Circulating tumor DNA predicts pancreatic-cancer outcomes

Reuters Health Information: Circulating tumor DNA predicts pancreatic-cancer outcomes

Circulating tumor DNA predicts pancreatic-cancer outcomes

Last Updated: 2018-09-27

By Reuters Staff

NEW YORK (Reuters Health) - Circulating tumor-cell DNA (ctDNA) and exosome DNA (exoDNA) from "liquid biopsies" predict progression and survival in patients with pancreatic cancer, researchers report.

CtDNA has been shown to predict relapse in breast, colorectal and lung cancer patients, but it remains unclear whether ctDNA or exoDNA - tumor DNA in the form of microvesicles - has prognostic value in pancreatic cancer.

Dr. Hector Alvarez and colleagues from the University of Texas MD Anderson Cancer Center, in Houston, used liquid biopsies from 194 patients undergoing treatment for localized (n=71) or metastatic (n=123) pancreatic ductal adenocarcinoma (PDAC) to investigate the utility of ctDNA and exoDNA for predicting outcomes.

KRAS-detection rates at baseline were 61% in exoDNA and 53% in ctDNA in patients with metastases and 38% and 34%, respectively, in patients with localized disease, the team reports in Gastroenterology, online September 18.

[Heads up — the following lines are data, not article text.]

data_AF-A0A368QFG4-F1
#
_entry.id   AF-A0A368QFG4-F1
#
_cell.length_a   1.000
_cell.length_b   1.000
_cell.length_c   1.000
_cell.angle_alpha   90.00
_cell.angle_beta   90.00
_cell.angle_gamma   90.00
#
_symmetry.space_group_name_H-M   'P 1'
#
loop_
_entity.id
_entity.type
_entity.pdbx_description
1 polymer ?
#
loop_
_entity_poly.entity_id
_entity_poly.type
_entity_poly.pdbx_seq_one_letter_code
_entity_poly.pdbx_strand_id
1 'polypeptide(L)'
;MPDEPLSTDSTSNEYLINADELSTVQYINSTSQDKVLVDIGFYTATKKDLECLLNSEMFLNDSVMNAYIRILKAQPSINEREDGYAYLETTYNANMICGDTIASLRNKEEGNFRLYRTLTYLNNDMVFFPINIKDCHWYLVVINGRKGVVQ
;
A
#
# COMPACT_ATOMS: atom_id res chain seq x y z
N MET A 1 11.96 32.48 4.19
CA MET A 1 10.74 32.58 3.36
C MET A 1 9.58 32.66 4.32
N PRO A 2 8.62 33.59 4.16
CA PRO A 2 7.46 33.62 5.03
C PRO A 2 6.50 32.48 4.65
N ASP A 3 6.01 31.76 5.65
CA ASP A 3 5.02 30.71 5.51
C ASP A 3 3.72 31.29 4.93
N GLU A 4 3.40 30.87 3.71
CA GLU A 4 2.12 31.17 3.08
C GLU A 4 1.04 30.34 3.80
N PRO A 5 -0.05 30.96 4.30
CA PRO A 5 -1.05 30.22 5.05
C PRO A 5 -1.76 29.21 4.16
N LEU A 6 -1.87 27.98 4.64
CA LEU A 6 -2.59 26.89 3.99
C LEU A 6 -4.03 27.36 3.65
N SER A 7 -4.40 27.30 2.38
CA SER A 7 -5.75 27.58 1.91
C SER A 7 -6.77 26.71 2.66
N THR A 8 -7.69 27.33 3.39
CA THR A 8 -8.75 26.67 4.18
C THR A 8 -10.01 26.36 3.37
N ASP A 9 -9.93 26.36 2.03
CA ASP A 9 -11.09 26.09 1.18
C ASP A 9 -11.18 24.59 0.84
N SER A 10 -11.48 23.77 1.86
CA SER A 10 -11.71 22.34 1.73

Mutation-detection rates were substantially lower among patients with other pancreatic lesions: 12% and 16%, respectively, for pancreatic cysts and 25% and 17%, respectively, for non-neoplastic pancreatic disease.

ExoKRAS mutant allele fraction (MAF) declined after neoadjuvant therapy and after tumor resection, but increased or did not change in patients who were not surgical candidates.

Compared with no detection, the presence of detectable ctDNA (that is, with any mutant KRAS) was associated with significantly shorter progression-free survival (PFS), with a hazard ratio 1.93, and overall survival (OS), with a hazard ratio of 2.36.

Similarly, patients with exoKRAS MAF higher than 5% had significantly reduced PFS and OS.

On multivariate analysis, exoKRAS MAF of 5% or higher was the only significant predictor of PFS and the only individual predictor of OS. Both exoKRAS 5% and higher and detectable ctDNA were significant predictors of poorer OS when occurring in combination with CA19-9 levels of 300 or higher at baseline.

ExoKRAS also predicted radiological progression, whereas ctDNA did not.

"Our study in a relatively large cohort of PDAC patients, comprised of both metastatic and localized disease, reiterates the predictive and prognostic value of liquid biopsies in this malignancy," the researchers conclude.

"In contrast to the challenges of repetitive tissue biopsies for visceral cancers, serial liquid biopsies may provide an attractive alternative strategy to map tumor evolution in real time, providing an unprecedented insight into how the PDAC genome adapts to, and eventually becomes recalcitrant, to therapy," they add.

Dr. Alvarez did not respond to a request for comments.

SOURCE: https://bit.ly/2N6pXKX

Gastroenterology 2018.

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